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Ethnology

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TUESDAY, Sept. 13, 2022 (HealthDay News) -- High-school students with a history of concussion in the previous 12 months have an increased risk for poor academic standing during the same period, according to a study published online Sept. 12 in Injury Prevention.

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THURSDAY, Sept. 1, 2022 (HealthDay News) -- The frequency of active treatment among U.S. neonates born alive between 22 weeks 0 days and 25 weeks 6 days increased from 2014 to 2020, according to a study published in the Aug. 16 issue of the Journal of the American Medical Association.

WEDNESDAY, Aug. 31, 2022 (HealthDay News) -- U.S. life expectancy declined from 2020 to 2021 overall, among males and females, and for all race and Hispanic-origin groups, according to an August Vital Statistics Rapid Release report, a publication from the U.S. Centers for Disease Control and Prevention.

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MONDAY, Aug. 8, 2022 (HealthDay News) -- In 2017 to 2019, Black and Hispanic individuals were less likely than Whites to undergo coronary angiography and percutaneous coronary intervention for non-ST-segment elevation myocardial infarction, according to a study published in the June 21 issue of the Journal of the American Heart Association.

TUESDAY, July 19, 2022 (HealthDay News) -- The number of births across the United States increased during the second six months of 2021, according to a July Vital Statistics Rapid Release report, a publication from the U.S. Centers for Disease Control and Prevention.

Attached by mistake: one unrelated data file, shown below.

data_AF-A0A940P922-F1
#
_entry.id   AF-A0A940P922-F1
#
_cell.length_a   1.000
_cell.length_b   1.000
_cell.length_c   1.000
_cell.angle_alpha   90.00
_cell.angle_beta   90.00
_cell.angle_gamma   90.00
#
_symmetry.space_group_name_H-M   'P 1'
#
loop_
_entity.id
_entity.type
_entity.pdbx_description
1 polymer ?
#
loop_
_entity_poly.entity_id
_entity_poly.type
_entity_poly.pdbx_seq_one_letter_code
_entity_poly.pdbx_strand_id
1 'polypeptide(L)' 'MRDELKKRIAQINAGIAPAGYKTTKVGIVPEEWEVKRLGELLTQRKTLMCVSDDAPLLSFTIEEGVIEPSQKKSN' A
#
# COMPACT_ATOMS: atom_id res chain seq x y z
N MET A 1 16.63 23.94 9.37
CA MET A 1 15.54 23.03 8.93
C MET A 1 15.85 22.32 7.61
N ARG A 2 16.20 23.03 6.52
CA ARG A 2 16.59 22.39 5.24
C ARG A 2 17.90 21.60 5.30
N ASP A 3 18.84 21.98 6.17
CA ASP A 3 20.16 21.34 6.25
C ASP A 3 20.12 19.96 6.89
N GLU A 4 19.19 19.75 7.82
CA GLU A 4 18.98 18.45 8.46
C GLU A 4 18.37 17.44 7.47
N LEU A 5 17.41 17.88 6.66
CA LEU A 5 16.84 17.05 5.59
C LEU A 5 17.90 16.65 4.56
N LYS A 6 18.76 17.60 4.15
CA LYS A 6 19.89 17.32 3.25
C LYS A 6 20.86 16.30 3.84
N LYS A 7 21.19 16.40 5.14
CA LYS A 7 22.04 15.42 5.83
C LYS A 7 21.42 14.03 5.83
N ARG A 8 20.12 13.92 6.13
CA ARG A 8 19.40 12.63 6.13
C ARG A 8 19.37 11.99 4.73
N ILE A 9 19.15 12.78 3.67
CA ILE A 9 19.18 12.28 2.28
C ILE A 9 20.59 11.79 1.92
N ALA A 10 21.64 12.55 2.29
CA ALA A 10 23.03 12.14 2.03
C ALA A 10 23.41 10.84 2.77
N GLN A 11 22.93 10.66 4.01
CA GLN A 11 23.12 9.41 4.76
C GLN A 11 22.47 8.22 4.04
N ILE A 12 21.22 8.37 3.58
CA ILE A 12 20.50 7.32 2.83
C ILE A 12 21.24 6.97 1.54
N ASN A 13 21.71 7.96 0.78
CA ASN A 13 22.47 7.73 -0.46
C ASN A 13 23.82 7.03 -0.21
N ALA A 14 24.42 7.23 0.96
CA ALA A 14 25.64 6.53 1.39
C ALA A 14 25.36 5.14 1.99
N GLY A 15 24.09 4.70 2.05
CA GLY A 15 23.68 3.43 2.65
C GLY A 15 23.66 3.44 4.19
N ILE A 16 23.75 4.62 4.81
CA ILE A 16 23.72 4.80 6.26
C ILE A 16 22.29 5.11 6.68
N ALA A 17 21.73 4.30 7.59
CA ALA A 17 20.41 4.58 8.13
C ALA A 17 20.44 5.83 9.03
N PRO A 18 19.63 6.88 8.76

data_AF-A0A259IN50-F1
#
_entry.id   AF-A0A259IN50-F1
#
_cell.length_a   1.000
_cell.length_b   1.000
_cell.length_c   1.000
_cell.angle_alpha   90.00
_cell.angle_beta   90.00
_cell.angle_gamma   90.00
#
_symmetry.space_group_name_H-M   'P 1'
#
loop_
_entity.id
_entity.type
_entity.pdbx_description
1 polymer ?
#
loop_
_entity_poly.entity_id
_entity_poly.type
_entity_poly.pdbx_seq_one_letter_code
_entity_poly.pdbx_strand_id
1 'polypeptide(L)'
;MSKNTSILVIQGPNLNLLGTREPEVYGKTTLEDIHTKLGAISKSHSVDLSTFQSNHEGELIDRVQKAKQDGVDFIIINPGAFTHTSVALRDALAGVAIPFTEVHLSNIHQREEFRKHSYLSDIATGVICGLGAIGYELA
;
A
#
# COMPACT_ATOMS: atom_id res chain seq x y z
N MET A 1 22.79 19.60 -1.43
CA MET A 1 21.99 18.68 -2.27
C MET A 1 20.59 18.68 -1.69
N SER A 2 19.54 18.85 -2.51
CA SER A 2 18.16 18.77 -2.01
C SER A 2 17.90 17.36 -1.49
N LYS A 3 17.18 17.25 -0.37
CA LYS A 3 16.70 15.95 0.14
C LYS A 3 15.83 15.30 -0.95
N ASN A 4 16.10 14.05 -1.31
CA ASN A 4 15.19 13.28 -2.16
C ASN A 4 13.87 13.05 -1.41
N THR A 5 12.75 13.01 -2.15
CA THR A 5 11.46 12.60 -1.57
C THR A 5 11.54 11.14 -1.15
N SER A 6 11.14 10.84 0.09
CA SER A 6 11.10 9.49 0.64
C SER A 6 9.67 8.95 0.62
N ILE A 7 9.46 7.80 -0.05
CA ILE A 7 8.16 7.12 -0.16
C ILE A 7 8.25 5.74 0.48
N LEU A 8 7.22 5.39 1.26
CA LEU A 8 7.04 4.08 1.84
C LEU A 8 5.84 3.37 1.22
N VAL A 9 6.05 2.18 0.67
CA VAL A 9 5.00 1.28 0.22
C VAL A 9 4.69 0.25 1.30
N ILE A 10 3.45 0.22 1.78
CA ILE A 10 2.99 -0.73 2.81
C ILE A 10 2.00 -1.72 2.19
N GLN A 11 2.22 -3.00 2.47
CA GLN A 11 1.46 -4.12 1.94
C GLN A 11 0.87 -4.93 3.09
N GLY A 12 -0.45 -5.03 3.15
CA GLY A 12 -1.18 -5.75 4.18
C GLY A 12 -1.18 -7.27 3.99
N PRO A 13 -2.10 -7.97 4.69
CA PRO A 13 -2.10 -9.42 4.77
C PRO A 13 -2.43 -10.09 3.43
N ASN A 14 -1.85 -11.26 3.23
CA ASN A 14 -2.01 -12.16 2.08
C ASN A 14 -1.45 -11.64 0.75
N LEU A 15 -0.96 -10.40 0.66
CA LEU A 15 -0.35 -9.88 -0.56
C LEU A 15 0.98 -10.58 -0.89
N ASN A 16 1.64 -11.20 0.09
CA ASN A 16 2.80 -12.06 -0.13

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THURSDAY, May 5, 2022 (HealthDay News) -- Long-term survival after a heart attack has improved significantly overall among Medicare beneficiaries, although poorer people and Black Americans have been left behind, a new study claims.

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Bear management in Indian Country looks very different from the mainstream public lands approach. For one thing, there’s a strong spiritual component.

Dear Annie: I recently lost my son, and Thanksgiving without him was very painful. I am writing to offer suggestions for how people might act,…

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“One way or another,” World War II British spy extraordinaire Maggie Hope is going to discover who murdered Gloria Hutton, the ex-wife of one of Los Angeles’ wealthiest men and the fiancée of Maggie’s beloved John Sterling. It’s July 1943 and Maggie is in Hollywood, staying at the Château Marmont with her friend Sarah, who’s choreographing a movie with George Balanchine. Suspended between fantasy and reality, Los Angeles is “an idea, not a real city.” And that’s what I loved most about this stellar novel. Elia MacNeal expertly braids the glitz and glamour of Hollywood with the chilling reality of the rise of American Nazis and the blatant racism against Blacks, Japanese, Germans and Italians. Maggie notes that “it’s the same war, different country,” and, sadly, one we’re still fighting.

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